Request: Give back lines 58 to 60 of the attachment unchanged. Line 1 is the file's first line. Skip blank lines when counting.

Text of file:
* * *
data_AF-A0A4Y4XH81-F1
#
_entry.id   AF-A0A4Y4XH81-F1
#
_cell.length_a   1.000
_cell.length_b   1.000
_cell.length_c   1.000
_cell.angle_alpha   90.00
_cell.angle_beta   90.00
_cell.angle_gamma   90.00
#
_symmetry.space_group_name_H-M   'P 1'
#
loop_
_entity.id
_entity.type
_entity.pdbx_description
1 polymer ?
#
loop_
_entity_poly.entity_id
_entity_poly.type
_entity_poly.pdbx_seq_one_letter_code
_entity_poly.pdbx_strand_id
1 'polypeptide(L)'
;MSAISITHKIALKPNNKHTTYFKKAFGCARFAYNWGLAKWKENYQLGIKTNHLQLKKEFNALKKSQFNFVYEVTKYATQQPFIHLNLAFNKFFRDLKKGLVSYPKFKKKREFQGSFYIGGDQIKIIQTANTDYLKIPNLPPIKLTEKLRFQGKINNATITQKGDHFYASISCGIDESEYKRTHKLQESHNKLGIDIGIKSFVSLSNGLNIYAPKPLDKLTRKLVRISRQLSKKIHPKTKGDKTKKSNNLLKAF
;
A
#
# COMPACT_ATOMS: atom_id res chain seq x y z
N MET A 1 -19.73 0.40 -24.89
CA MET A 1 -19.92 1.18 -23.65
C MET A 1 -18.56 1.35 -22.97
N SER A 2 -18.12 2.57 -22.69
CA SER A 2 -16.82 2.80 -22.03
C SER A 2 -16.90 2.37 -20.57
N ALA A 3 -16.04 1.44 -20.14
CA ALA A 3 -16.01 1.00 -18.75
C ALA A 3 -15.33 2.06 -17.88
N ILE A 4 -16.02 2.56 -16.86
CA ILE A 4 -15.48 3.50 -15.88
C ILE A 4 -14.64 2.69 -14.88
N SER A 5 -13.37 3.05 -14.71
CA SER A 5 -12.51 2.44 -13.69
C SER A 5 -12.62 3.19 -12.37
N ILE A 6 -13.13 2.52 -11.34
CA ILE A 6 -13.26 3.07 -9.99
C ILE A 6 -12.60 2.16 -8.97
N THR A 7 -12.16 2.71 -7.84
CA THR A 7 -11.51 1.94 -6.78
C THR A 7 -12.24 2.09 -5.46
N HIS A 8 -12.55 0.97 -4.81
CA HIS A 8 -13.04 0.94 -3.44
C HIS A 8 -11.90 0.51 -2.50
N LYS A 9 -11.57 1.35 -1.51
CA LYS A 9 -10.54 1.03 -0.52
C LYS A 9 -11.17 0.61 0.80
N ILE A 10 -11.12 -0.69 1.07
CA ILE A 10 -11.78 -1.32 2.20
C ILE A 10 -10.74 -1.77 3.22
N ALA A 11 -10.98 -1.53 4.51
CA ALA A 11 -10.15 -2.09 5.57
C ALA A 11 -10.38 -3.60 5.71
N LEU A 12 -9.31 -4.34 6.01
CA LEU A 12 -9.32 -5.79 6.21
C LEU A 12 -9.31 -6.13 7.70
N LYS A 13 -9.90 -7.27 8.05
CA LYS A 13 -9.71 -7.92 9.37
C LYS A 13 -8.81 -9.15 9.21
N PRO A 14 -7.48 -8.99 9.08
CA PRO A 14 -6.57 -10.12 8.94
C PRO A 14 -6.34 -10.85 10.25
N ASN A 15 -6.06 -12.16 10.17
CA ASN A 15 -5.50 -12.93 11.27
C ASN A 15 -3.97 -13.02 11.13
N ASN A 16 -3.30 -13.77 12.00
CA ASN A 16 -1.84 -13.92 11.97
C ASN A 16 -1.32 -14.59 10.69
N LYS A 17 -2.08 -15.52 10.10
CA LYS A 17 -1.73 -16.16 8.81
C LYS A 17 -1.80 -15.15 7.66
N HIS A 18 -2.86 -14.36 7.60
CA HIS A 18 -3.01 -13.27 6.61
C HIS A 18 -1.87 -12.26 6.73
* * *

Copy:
N ILE A 10 -11.12 -0.69 1.07
CA ILE A 10 -11.78 -1.32 2.20
C ILE A 10 -10.74 -1.77 3.22